Several years ago, I wrote a sequel to PERSUASION that was posted online under the title THE UNEXPECTED PASSENGER. That story has been taken down and will be revised under the new title PERSUADED TO SAIL. I will publish it someday, but I’ve got CRESCENT CITY coming out this summer, and that’s taking up all my time.
This post, and the two that follow, are taken directly from PERSUADED TO SAIL. So, you’re getting a preview. Some notes:
- PERSUADED TO SAIL is intended as a companion piece to THE THREE COLONELS, as it takes place during the Hundred Days Crisis. So, I refer to Napoleon’s escape from Elba, and I have Captain Wentworth recalled to service.
- This offering is in three posts because of its length. Links will be offered at the end of each post.
- That’s right, for the next three days, I’m taking over Austen Variations! Bruhahaha!
March 10, 1815
“Those whom God hath joined together let no man put asunder,” recited the Reverend Edward Wentworth. “Forasmuch as Frederick and Anne have consented together in Holy Wedlock, and have witnessed the same before God and this company, and thereto have given and pledged their troth either to other, and have declared the same by giving and receiving of a Ring, and by joining of hands; I pronounce that they be Man and Wife together, in the Name of the Father, and of the Son, and of the Holy Ghost. Amen.”
The bride and groom gave each other a smile while the service proceeded to Holy Communion. The congregation invited to witness this celebration was modest, about a score in number, so it was but a short time before the couple receded down the aisle. The bride, Anne Elliot Wentworth, was dressed in a lovely light blue gown, while the gentleman, Frederick Wentworth, was dashing in the full-dress uniform of a Post-Captain.
Following, limping on his bad leg and winking at his wife, was Captain Timothy Harville, a half-pay Post-Captain from Lyme. The two had become fast friends sailing together around the world before Harville’s injury. Harville and his wife were overjoyed with Frederick’s happiness and held Anne in high esteem.
Harville walked with Mrs. Smith clutching his arm. As Wentworth predicted, she was able to do her duty as witness for Anne. She was overjoyed to be so honored and was determined to make it down the aisle without the use of her wheel-chair.
Mrs. Smith’s glowing countenance was a stark counterpoint to the jealous anger which graced the face of Miss Elizabeth Elliot. The lady was incensed that Anne had married at all. It was insupportable that her younger sister would do so before the eldest was wed. Society would laugh at them! But her complaints fell on deaf ears. Anne would not relent, Lady Russell opposed her arguments, and Captain Wentworth offended her sensibilities. Her face still burned from the dressing down she received from that man.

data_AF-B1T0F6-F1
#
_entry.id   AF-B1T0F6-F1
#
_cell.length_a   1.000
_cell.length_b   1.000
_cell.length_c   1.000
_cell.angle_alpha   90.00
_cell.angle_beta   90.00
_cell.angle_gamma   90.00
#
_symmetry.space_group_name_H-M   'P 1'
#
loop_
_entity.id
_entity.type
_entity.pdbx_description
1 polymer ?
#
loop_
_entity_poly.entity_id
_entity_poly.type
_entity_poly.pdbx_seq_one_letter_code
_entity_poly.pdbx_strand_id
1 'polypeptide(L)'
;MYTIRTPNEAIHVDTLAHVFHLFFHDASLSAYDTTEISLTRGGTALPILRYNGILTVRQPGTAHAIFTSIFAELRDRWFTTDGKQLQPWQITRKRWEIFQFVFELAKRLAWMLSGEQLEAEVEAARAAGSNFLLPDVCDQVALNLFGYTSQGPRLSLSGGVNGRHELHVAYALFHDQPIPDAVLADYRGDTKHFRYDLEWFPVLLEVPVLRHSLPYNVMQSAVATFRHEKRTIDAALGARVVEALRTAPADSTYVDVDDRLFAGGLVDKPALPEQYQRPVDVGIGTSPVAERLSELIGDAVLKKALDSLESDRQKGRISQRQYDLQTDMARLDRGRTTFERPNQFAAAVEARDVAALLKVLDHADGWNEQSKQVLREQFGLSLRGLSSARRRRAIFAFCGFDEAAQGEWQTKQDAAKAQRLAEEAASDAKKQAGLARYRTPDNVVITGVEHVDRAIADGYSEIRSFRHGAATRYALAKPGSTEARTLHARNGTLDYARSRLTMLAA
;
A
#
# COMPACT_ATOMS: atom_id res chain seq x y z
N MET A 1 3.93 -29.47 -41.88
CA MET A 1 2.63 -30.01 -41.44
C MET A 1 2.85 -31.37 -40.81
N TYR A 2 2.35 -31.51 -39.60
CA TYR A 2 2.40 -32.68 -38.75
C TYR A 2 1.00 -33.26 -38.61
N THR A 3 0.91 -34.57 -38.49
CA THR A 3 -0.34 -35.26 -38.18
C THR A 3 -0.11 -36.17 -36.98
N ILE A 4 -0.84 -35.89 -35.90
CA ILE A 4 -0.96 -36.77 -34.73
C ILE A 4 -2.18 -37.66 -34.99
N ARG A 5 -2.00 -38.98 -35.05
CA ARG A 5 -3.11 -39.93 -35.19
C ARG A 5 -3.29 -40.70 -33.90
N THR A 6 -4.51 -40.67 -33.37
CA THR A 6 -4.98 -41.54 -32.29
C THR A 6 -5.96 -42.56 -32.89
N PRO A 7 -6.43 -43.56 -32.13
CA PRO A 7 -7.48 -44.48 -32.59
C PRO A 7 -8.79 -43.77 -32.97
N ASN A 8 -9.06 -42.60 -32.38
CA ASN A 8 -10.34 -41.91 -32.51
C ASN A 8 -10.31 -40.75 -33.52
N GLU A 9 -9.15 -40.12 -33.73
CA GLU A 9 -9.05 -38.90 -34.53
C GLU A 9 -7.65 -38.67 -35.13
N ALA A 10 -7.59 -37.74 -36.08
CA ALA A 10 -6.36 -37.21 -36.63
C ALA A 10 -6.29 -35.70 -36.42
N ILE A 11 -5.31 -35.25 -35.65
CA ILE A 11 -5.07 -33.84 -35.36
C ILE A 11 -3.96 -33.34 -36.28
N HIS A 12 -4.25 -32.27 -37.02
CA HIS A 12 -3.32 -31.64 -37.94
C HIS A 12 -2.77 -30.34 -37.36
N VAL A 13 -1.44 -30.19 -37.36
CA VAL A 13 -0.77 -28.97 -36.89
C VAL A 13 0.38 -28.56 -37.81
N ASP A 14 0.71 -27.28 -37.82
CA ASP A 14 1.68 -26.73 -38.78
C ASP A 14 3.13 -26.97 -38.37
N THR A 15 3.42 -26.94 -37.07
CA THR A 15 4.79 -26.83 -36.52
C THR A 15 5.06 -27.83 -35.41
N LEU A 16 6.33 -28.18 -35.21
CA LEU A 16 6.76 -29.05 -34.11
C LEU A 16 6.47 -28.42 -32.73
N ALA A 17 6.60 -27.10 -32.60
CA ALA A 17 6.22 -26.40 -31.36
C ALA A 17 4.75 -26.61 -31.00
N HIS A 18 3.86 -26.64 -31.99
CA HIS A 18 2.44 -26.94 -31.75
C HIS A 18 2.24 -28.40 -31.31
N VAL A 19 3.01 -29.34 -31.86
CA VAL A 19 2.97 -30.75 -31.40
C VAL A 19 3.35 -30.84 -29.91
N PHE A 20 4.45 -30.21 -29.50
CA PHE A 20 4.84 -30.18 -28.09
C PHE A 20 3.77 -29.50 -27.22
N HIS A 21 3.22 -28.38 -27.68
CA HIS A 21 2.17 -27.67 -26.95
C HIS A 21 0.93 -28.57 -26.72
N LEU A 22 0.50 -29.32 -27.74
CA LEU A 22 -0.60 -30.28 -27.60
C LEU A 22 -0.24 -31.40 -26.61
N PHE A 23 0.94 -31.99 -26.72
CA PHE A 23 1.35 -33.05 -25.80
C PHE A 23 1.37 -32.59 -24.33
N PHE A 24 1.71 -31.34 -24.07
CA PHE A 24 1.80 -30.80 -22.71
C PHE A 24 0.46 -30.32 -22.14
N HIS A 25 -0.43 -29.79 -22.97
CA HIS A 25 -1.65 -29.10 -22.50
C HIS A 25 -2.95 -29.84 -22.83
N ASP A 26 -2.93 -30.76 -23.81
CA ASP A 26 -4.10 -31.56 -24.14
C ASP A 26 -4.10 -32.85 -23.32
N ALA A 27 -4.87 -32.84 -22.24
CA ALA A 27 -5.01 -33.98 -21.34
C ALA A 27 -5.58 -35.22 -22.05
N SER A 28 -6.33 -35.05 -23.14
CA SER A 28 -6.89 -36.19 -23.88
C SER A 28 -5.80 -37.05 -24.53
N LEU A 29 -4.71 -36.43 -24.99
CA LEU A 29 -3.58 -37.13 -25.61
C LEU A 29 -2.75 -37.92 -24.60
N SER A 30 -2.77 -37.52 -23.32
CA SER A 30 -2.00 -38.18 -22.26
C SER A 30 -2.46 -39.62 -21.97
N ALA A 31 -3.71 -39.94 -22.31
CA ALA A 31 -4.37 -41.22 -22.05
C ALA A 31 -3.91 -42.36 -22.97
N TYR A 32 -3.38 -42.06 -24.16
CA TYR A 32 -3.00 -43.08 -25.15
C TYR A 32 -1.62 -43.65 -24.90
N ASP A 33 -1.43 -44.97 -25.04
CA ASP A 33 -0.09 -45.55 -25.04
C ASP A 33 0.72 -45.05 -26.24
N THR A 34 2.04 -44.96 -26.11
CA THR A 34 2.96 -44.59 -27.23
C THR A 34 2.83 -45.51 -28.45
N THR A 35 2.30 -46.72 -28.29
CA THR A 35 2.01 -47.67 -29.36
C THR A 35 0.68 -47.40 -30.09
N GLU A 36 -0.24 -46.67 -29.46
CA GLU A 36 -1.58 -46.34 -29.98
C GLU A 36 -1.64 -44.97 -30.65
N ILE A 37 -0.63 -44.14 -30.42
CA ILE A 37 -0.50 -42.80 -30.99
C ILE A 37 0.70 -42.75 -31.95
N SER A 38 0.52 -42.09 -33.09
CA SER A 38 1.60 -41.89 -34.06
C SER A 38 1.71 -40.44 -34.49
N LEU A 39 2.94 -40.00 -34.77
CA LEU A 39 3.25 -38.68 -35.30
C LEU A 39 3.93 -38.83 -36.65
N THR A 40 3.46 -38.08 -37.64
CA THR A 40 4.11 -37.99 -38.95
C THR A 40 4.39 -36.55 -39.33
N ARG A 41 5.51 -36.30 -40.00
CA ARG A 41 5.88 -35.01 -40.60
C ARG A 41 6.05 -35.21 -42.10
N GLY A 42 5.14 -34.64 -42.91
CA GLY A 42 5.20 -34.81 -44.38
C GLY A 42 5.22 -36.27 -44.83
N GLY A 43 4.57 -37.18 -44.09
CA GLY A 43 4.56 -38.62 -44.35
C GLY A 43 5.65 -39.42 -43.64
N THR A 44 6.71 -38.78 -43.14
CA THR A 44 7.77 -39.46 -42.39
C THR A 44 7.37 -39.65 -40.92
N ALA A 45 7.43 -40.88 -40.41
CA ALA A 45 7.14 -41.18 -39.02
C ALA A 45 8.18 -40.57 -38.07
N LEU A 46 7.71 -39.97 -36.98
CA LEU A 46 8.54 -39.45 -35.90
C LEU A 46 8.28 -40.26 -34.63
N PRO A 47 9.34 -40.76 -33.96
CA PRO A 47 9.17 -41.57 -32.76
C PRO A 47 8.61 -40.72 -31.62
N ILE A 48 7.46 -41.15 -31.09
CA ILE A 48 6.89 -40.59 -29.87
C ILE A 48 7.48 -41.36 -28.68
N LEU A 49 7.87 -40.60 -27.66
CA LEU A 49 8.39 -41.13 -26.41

Surely, all of Bath was chattering about this degradation. It was an insult to the name of Elliot! The only reason Elizabeth attended this farce was to prevent the gossip from reaching epic proportions.
Deep in her wounded soul, Elizabeth Elliot was despondent. Both her younger sisters had caught husbands and she had not. The Musgroves were nobodies, but Wentworth was a hero to the nation. The thought that Anne might enjoy a level of society far above that which Elizabeth occupied frightened her.
There was nothing to ease her dismay. Abandoned by Mr. William Elliot and betrayed by Mrs. Clay, she had neither beaux nor friend. Time was running out, and unless a man worthy of a baronet’s daughter appeared very soon, Elizabeth would be forever consigned to the spinsters’ shelf.
Within moments, the procession reached the door of the chapel and stepped into the bright March morning. To Wentworth’s eye, Bath had never looked more agreeable. He understood Anne’s desire not to be married from Kellynch Hall. To return to their ancestral estate as guests would be painful for her family. As for Wentworth, all he wanted was Anne—the location was meaningless.
The small group of well-wishers waved as the two climbed into the carriage that was to carry them to the Wedding Breakfast. Captain James Benwick slammed the door and cried, “Drive on!” The carriage got underway in a lurch.
Wentworth busily arranged himself on the seat—a sword could be an awkward business in a small coach—when he glanced over at Anne. Her intense look alarmed her husband.
“Anne, my own, what is amiss? Are you well?” he asked.
“Perfectly well, Frederick, I assure you.”
Hearing Anne’s sweet voice utter his Christian name sent a jolt of joy through his soul. “I am glad to hear it, but you have the most serious expression! Has something displeased you?”
“Nothing at all. Oh, Frederick, at last!” With that she threw herself into his arms and kissed him senseless.
At first the Captain was shocked into immobility, but a moment later he rallied and returned her passion. Finally the two came up for air.
Anne whispered, “How long must we remain at breakfast, Frederick?”
“Not a moment longer than necessary, my love.”
She sighed and leaned into his shoulder, and Wentworth reflected that marriage promised to be more pleasant than he expected.
The wedding breakfast begins HERE.
Want to refresh your memory with Jane’s Austen’s original work? Read Persuasion on Austen variations HERE.